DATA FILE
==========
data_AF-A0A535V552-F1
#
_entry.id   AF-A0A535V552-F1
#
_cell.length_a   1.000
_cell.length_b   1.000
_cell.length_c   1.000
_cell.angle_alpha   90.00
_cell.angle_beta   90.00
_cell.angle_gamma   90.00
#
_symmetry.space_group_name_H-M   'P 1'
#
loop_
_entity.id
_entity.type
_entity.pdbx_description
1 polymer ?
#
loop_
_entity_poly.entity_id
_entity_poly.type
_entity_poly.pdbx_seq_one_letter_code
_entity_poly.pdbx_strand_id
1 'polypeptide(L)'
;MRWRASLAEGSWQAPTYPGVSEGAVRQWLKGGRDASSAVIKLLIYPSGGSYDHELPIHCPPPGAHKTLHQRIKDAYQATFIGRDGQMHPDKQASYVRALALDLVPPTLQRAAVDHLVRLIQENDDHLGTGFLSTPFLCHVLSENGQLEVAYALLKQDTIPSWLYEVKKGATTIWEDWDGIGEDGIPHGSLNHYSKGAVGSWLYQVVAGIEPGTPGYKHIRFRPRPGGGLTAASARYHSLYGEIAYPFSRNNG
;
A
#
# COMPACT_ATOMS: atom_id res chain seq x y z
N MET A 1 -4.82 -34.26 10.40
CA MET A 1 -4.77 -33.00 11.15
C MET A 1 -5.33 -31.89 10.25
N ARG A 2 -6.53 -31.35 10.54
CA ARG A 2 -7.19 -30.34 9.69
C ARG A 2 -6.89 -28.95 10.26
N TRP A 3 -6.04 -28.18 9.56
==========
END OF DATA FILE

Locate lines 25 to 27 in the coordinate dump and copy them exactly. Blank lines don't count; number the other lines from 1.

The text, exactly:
1 'polypeptide(L)'
;MRWRASLAEGSWQAPTYPGVSEGAVRQWLKGGRDASSAVIKLLIYPSGGSYDHELPIHCPPPGAHKTLHQRIKDAYQATFIGRDGQMHPDKQASYVRALALDLVPPTLQRAAVDHLVRLIQENDDHLGTGFLSTPFLCHVLSENGQLEVAYALLKQDTIPSWLYEVKKGATTIWEDWDGIGEDGIPHGSLNHYSKGAVGSWLYQVVAGIEPGTPGYKHIRFRPRPGGGLTAASARYHSLYGEIAYPFSRNNG
;